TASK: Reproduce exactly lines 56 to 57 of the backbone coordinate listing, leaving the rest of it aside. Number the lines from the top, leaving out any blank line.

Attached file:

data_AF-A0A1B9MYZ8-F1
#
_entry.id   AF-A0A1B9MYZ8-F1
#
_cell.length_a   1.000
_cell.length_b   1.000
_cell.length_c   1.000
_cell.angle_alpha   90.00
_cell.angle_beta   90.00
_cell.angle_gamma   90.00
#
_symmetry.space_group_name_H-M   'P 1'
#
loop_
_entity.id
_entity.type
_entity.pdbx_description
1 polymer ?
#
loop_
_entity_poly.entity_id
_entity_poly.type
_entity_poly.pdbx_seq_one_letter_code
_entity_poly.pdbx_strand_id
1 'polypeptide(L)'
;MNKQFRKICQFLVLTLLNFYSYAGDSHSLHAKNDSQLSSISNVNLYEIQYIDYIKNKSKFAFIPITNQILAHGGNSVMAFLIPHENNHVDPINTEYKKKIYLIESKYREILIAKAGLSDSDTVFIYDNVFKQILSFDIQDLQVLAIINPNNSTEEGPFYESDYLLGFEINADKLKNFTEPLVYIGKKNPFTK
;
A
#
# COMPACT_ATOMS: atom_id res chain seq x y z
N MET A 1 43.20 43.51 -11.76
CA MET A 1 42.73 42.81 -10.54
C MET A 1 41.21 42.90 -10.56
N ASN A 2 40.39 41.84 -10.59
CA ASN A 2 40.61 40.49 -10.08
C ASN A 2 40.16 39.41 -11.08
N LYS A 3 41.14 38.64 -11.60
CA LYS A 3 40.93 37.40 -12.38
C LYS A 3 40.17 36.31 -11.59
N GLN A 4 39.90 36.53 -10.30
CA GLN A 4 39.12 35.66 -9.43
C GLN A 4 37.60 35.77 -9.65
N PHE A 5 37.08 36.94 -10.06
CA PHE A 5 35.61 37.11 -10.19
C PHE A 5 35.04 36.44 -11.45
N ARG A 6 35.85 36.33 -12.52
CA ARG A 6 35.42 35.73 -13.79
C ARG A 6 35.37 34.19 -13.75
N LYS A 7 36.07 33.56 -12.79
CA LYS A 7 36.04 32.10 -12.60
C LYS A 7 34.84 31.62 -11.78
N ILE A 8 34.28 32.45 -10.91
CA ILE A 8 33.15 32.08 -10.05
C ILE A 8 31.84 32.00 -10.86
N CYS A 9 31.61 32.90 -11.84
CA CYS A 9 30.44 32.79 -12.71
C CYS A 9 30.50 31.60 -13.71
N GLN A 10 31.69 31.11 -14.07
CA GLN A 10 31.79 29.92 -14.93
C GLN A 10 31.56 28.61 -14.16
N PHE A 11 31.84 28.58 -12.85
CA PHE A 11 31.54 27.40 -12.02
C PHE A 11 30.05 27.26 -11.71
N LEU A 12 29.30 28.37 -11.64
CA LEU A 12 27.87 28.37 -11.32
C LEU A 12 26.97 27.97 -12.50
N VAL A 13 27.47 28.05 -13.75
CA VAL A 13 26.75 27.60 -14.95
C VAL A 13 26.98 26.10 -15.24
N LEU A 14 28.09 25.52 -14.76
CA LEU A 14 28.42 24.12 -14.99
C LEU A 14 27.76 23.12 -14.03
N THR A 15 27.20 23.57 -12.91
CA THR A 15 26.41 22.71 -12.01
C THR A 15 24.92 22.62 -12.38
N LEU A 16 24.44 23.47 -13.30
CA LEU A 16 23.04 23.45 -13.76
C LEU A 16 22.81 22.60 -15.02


CA CYS A 9 30.44 32.79 -12.71
C CYS A 9 30.50 31.60 -13.71